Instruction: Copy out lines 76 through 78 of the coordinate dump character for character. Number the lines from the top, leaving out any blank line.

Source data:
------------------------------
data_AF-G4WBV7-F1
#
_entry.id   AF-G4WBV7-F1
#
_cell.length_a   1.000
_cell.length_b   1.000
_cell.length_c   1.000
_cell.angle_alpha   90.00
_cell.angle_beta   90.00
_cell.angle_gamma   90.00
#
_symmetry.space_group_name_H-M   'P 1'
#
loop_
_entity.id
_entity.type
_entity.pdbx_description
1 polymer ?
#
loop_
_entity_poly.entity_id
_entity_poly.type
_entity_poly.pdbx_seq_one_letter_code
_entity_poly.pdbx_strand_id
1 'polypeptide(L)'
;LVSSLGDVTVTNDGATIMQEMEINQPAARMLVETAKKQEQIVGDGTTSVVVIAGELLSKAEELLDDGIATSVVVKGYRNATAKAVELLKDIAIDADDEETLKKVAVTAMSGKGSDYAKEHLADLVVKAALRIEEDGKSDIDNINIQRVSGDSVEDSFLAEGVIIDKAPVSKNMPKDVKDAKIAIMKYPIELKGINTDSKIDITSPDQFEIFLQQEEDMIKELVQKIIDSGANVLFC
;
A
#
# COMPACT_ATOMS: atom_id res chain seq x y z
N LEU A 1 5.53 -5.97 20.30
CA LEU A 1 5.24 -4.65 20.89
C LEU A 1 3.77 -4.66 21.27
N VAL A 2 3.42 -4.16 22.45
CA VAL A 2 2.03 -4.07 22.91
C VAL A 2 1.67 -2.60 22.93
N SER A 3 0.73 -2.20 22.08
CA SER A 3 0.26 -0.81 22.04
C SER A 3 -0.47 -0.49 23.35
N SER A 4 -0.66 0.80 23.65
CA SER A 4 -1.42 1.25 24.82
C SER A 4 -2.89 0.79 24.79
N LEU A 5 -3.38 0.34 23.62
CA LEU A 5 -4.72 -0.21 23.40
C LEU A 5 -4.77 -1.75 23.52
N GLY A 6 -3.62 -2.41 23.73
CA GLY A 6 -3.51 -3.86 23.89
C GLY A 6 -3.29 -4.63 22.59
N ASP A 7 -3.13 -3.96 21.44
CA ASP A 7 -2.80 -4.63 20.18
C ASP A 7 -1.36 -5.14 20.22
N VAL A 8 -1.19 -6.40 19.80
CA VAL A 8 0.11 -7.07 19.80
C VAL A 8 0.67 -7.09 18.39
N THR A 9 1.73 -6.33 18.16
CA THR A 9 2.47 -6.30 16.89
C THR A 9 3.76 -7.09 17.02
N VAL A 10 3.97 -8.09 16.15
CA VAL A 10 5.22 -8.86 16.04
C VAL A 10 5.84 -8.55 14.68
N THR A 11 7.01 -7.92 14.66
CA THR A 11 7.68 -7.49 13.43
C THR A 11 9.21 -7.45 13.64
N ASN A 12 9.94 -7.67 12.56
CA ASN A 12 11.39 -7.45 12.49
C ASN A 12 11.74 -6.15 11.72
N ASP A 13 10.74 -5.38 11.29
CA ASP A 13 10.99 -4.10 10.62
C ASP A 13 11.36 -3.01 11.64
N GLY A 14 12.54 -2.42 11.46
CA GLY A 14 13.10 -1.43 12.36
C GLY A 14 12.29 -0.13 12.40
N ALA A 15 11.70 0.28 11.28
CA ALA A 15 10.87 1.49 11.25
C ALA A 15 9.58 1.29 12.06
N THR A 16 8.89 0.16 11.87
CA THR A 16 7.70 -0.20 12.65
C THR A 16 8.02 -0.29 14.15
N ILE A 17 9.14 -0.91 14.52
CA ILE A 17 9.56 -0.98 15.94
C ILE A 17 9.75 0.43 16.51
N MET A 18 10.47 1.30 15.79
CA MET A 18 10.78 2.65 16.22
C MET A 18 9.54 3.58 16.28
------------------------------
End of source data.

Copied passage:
N THR A 16 8.89 0.16 11.87
CA THR A 16 7.70 -0.20 12.65
C THR A 16 8.02 -0.29 14.15